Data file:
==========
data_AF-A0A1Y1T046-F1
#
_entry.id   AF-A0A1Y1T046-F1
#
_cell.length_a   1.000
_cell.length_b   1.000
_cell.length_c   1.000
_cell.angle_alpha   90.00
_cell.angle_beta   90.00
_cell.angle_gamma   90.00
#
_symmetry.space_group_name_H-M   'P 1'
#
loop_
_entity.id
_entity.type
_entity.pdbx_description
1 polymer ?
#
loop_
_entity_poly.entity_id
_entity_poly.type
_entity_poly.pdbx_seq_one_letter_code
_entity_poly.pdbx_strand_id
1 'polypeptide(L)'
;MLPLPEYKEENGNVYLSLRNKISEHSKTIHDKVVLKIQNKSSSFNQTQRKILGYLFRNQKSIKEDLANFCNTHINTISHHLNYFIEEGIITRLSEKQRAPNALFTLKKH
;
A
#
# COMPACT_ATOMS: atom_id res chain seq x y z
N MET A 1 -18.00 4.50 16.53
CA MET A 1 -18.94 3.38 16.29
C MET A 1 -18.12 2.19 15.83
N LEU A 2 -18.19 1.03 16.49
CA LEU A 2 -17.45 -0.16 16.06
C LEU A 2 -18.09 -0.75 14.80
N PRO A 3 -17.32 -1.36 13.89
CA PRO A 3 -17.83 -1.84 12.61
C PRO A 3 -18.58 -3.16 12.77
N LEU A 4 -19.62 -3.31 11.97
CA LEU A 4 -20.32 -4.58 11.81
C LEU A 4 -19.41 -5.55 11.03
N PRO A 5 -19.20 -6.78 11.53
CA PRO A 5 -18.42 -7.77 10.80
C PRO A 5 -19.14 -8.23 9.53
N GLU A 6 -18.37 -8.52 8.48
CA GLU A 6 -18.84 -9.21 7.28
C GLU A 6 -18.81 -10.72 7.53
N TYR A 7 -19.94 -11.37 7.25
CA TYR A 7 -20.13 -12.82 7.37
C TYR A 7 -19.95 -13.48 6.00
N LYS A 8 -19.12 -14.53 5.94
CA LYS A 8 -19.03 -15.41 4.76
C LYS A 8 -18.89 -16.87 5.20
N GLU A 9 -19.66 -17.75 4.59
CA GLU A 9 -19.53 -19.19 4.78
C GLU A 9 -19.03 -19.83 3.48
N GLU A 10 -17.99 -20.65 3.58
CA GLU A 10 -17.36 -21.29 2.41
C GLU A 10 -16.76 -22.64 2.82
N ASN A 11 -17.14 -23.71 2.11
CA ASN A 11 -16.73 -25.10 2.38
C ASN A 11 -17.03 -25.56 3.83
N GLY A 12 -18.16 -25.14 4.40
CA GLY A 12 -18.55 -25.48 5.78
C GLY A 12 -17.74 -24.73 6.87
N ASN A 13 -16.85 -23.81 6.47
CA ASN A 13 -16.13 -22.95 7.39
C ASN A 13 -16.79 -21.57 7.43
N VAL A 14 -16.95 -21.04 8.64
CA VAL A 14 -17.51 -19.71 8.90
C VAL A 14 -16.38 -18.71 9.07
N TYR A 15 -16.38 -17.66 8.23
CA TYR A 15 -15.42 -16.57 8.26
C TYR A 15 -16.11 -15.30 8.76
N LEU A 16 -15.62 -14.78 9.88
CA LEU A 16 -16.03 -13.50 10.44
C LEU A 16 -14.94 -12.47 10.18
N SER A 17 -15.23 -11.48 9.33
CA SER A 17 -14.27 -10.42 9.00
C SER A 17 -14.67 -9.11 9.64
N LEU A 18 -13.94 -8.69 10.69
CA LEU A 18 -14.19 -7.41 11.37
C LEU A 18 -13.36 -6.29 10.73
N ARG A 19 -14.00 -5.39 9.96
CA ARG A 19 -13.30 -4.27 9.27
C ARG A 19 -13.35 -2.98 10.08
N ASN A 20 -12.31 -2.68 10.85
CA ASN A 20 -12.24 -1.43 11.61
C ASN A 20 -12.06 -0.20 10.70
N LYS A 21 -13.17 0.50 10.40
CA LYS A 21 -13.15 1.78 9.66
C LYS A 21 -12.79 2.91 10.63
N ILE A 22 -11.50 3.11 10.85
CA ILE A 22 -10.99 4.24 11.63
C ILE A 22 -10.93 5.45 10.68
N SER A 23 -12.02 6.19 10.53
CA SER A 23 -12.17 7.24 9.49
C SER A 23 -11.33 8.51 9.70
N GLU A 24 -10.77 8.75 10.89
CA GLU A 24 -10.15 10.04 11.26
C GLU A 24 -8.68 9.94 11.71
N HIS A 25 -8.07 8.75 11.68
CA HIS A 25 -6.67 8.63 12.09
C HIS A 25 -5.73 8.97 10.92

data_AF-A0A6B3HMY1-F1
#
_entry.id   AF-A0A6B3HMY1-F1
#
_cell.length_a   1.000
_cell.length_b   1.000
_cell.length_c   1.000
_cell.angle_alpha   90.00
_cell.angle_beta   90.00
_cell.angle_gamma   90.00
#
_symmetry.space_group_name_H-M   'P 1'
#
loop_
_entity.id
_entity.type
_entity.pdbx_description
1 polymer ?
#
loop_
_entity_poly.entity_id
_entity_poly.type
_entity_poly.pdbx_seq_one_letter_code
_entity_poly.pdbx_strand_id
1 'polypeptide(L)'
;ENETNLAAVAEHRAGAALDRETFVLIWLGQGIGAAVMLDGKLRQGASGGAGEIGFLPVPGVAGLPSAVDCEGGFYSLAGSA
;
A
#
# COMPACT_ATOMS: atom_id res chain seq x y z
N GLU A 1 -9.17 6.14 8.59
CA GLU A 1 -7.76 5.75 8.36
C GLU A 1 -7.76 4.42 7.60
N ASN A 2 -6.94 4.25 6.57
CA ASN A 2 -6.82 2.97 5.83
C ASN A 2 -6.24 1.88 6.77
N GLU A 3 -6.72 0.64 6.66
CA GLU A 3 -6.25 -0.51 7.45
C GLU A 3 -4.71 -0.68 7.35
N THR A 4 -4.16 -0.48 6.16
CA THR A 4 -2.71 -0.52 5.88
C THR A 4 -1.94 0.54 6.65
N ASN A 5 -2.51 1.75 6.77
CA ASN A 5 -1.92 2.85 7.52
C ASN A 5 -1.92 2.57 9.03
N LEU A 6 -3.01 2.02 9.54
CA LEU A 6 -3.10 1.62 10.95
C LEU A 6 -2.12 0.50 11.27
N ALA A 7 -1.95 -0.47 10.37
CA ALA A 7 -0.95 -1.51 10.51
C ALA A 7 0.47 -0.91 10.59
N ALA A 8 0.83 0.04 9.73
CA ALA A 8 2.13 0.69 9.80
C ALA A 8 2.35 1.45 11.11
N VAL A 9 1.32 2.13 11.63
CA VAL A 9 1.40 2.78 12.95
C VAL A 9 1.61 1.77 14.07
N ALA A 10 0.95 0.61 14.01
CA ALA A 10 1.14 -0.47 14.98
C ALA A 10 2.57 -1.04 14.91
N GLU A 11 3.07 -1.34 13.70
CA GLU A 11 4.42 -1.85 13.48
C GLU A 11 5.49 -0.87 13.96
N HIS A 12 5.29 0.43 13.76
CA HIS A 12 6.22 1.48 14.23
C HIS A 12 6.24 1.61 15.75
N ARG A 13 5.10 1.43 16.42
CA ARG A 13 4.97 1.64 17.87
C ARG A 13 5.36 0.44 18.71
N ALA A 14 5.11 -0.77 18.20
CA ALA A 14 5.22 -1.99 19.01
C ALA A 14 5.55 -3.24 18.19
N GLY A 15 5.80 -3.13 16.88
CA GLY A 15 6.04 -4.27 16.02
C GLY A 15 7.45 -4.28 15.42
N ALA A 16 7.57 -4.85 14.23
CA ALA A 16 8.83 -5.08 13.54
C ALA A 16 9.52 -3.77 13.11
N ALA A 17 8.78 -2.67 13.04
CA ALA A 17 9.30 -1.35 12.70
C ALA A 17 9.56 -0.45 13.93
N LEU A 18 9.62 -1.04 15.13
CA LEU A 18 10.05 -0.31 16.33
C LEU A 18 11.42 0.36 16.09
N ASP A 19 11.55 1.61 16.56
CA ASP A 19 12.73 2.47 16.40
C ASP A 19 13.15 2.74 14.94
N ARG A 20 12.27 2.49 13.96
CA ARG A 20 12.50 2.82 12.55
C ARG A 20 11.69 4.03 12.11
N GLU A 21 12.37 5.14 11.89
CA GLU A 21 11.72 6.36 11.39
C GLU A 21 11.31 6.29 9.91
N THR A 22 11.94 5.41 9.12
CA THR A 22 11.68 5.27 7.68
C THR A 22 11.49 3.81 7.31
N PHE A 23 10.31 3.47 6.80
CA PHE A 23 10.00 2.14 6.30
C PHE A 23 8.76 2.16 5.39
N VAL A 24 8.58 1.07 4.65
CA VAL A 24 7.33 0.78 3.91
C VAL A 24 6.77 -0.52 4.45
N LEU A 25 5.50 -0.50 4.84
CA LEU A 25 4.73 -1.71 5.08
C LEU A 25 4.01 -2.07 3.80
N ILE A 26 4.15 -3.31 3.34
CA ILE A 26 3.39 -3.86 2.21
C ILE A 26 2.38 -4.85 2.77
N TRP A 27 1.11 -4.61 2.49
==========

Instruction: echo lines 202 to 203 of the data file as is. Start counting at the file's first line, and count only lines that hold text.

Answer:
N PHE A 23 10.31 3.47 6.80
CA PHE A 23 10.00 2.14 6.30